III. Opportunities and Trends


  • Intrapreneurial Opportunity


Blizzard has successfully organized large gaming events a multitude of times, and I suggest that Blizzard hold an event in South Africa as soon as feasible. The increasing middle class in Africa is creating independent game developers all over the continent, and Blizzard should work with these individuals to foster additional goodwill. By combining a traditional Blizzard-centric gaming event with an exposition of up-and-coming developers native to the continent, Blizzard can show it wants to be a positive contributor to Africa’s gaming success.

The mobile gaming market doesn’t exist in many countries in Africa, but it will very soon and Blizzard will want to be on the ground when it comes to fruition. Additionally, English is spoken in Nigeria, Kenya, and South Africa (three of the largest markets), so Blizzard doesn’t need to convert any games to new languages; they can be played as-is, unlike markets in Asia.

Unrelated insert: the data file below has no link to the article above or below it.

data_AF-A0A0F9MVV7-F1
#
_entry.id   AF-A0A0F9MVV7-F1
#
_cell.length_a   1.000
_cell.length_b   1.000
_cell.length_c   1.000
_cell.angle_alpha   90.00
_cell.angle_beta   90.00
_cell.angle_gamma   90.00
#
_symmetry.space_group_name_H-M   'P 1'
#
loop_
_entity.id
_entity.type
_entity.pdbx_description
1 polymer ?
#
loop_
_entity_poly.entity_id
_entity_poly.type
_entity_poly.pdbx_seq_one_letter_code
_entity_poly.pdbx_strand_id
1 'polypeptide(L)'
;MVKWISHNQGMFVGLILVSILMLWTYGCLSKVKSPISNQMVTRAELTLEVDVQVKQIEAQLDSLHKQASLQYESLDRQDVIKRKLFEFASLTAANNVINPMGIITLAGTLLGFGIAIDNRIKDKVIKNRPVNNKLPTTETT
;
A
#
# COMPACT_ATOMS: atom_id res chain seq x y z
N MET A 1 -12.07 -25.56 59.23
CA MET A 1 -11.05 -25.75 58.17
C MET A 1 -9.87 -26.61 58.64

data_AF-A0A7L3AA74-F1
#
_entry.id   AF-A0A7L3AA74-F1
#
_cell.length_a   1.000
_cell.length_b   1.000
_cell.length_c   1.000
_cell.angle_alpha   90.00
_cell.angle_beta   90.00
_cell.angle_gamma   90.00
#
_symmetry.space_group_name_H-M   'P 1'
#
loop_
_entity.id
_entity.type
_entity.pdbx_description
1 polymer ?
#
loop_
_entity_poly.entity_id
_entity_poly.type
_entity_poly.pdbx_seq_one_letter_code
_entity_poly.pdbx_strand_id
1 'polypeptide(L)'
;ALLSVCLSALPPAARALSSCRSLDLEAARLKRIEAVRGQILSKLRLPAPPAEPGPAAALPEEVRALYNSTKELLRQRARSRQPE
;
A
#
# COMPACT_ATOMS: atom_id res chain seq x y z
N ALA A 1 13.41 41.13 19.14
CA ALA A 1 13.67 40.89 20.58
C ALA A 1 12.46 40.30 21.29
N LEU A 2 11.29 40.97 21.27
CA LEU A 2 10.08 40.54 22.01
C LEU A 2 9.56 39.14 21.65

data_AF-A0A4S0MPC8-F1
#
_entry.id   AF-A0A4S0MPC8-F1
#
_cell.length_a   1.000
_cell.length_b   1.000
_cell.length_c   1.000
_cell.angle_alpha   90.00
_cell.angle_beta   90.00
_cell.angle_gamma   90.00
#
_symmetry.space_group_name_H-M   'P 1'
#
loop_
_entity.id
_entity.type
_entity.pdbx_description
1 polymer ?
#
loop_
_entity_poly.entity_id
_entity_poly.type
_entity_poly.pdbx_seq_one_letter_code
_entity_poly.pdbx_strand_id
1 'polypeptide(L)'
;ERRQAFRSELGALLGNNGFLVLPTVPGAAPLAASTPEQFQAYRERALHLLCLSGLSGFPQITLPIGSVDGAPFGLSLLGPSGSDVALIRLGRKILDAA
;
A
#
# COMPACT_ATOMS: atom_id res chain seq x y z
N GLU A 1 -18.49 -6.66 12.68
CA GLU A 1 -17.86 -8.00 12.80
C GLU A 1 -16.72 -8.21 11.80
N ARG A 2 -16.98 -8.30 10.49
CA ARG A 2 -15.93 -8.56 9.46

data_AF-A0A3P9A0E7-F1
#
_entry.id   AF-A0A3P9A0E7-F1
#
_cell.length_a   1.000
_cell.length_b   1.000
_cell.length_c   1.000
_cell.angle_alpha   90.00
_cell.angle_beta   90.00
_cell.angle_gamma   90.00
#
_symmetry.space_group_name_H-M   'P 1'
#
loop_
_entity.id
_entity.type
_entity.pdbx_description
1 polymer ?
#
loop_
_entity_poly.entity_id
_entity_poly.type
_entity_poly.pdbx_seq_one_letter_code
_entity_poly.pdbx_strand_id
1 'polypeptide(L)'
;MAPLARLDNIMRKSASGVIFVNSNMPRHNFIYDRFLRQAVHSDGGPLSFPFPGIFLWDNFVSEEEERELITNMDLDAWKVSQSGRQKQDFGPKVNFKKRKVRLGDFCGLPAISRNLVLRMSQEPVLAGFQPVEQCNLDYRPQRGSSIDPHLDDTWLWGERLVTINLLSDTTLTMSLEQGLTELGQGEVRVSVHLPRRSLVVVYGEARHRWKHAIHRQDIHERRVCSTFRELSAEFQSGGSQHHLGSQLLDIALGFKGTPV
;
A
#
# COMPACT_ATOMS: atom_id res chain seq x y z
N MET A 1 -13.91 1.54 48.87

• Intrapreneurial Assessment


Blizzard has experience partnering with local organizations to promote its brands (TeSPA), and could do the same in South Africa. Blizzard also has years of experience hosting major events, and can bring that expertise to South Africa for both eSports events and traditional expos. The African gaming market will continue to increase, and establishing a presence before the market matures will give Blizzard a competitive advantage.